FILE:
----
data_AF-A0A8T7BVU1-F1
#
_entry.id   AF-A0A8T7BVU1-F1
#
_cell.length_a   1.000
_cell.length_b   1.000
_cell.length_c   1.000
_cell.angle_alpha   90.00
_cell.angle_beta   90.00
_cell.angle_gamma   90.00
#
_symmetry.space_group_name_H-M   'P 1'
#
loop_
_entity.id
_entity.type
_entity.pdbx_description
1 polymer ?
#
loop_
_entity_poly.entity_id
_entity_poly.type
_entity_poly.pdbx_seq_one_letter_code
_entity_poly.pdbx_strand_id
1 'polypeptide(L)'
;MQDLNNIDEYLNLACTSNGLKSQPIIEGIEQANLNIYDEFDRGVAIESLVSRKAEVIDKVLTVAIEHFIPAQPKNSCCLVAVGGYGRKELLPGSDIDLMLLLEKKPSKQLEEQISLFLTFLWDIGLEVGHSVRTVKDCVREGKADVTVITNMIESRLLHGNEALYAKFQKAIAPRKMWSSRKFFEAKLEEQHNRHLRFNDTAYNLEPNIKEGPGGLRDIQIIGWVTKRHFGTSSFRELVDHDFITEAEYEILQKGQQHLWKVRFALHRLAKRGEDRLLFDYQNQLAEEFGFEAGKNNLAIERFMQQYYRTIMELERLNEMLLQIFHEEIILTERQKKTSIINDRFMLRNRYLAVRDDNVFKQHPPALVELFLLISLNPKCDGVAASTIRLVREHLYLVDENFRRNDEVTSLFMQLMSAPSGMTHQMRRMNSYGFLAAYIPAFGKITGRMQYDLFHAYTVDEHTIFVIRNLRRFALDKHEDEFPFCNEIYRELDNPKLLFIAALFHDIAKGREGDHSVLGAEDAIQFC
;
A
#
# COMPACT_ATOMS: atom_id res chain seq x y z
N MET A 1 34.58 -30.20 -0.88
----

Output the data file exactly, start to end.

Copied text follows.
data_AF-A0A8T7BVU1-F1
#
_entry.id   AF-A0A8T7BVU1-F1
#
_cell.length_a   1.000
_cell.length_b   1.000
_cell.length_c   1.000
_cell.angle_alpha   90.00
_cell.angle_beta   90.00
_cell.angle_gamma   90.00
#
_symmetry.space_group_name_H-M   'P 1'
#
loop_
_entity.id
_entity.type
_entity.pdbx_description
1 polymer ?
#
loop_
_entity_poly.entity_id
_entity_poly.type
_entity_poly.pdbx_seq_one_letter_code
_entity_poly.pdbx_strand_id
1 'polypeptide(L)'
;MQDLNNIDEYLNLACTSNGLKSQPIIEGIEQANLNIYDEFDRGVAIESLVSRKAEVIDKVLTVAIEHFIPAQPKNSCCLVAVGGYGRKELLPGSDIDLMLLLEKKPSKQLEEQISLFLTFLWDIGLEVGHSVRTVKDCVREGKADVTVITNMIESRLLHGNEALYAKFQKAIAPRKMWSSRKFFEAKLEEQHNRHLRFNDTAYNLEPNIKEGPGGLRDIQIIGWVTKRHFGTSSFRELVDHDFITEAEYEILQKGQQHLWKVRFALHRLAKRGEDRLLFDYQNQLAEEFGFEAGKNNLAIERFMQQYYRTIMELERLNEMLLQIFHEEIILTERQKKTSIINDRFMLRNRYLAVRDDNVFKQHPPALVELFLLISLNPKCDGVAASTIRLVREHLYLVDENFRRNDEVTSLFMQLMSAPSGMTHQMRRMNSYGFLAAYIPAFGKITGRMQYDLFHAYTVDEHTIFVIRNLRRFALDKHEDEFPFCNEIYRELDNPKLLFIAALFHDIAKGREGDHSVLGAEDAIQFC
;
A
#
# COMPACT_ATOMS: atom_id res chain seq x y z
N MET A 1 34.58 -30.20 -0.88